My running commentary on underground internet technology. Topics will include usenet, bittorrent, security & VPN's, open source, and pirate entertainment). Check the technique...
Tis the season
And Akshun J is pretty dang busy. Ridiculously busy, actually. Thus, the blog is a little slow right now. But don't worry! I'll fire off a few posts in December, and I'll be back on the blogroll come January.
Well, loyal readers, I have strongly considered shuttering Underground Media. But, for some reason, I just can't hit the delete button. I will leave it up and accessible indefinitely, and perhaps I will occasionally post something. But for now, consider this blog CLOSED. Too many things to do, and too few hours in the day to get them done...
So, for any new readers that I gain via G+ or wherever, here's a quick FAQ about me. 1. Where are you located and what do you do for a living ? - I'm Atlanta-based and I work in the consumer electronics industry (go figure). I know that anyone who is anyone who blogs about tech needs to live in San Fran or NY, but I figure now is a great time to start bucking that trend. Atlanta is a huge and growing city, all the major tech players have a presence here, tech startups are everywhere, we have 4G LTE coverage from all the carriers, the food is good and the cost of living is cheap. You do the math. 2. Why are you blogging about "underground" tech? - Because there's a gap in the tech media right now. Every other blog is talking about Apple this, or Samsung that. They are reviewing the latest iteration of five-inch black slab of plastic after five-inch black slab of plastic. But very FEW blogs are talking about cord-cutting and how the various programs, prot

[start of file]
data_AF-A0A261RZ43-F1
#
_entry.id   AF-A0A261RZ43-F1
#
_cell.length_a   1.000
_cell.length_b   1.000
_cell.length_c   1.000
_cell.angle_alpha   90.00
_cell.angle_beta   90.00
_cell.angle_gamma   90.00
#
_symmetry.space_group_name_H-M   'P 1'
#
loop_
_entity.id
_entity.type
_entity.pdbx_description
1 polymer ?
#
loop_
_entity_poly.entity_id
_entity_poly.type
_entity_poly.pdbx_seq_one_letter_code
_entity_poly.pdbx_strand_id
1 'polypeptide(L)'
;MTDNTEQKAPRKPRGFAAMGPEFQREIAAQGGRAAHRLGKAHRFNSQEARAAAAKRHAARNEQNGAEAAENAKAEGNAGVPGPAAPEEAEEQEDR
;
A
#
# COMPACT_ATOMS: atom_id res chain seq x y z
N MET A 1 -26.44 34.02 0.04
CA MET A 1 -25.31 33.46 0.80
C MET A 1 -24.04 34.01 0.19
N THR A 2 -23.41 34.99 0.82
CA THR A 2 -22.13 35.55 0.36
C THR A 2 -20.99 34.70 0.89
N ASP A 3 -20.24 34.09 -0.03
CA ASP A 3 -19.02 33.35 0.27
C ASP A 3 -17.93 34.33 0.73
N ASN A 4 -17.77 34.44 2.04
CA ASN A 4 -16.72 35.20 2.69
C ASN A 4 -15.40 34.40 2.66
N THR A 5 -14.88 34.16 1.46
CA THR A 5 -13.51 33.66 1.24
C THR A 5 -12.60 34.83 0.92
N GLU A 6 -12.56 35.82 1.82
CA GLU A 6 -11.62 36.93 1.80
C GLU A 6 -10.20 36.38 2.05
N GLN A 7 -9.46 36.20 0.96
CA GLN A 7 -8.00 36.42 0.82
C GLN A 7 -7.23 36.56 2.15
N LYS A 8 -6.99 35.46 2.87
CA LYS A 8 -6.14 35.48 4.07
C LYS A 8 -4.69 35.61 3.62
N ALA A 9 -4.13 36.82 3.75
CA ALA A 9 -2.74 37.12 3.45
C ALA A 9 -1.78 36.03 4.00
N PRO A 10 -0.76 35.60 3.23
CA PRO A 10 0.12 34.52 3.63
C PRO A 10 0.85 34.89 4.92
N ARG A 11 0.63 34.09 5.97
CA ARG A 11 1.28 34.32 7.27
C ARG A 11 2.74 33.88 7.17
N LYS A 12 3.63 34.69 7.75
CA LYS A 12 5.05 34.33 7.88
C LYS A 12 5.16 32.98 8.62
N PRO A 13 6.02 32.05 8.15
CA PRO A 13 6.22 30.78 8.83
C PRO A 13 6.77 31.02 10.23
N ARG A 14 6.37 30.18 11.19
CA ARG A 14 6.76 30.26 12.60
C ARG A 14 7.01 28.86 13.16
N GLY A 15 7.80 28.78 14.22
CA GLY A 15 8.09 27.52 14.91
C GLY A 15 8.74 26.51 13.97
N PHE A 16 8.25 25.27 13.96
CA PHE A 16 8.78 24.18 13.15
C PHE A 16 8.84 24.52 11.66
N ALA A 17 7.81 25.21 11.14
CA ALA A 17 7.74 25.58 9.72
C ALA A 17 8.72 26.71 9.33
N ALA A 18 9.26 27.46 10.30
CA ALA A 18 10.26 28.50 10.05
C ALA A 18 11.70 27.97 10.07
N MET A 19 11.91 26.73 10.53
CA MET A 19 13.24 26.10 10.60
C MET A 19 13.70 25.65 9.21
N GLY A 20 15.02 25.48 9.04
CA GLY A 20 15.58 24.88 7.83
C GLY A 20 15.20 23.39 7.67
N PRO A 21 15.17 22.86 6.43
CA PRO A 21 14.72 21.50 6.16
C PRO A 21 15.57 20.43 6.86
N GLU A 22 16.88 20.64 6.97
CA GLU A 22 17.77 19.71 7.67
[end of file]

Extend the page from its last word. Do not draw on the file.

As a TV cord-cutter, I have gone mostly legit. One of my G+ buddies Keith Wilson , posted an article recently showing the drastic reduction in bittorrent traffic over the course of a decade. His question was, what happened to all the pirates??? I have never believed that content piracy was about a lifestyle or philosophy. It's always been about ease of content acquisition. The classic example is pre-2000 Napster vs post-2010 Spotify. At it's peak, OG Napster was king of the pirate apps and there were virtually no legal alternatives. Today, pirating albums is trivially easy, but the vast majority of music consumers buy from iTunes or stream from Spotify. Why? Because the legal options are abundant and pervasive. Spotify works on my phone, car, home and work with zero friction and benefits like social sharing features, playlists and such. It's taken a while, but TV has reached a similar nexus. Barely five years ago, cord-cutting was synonymous with piracy. One of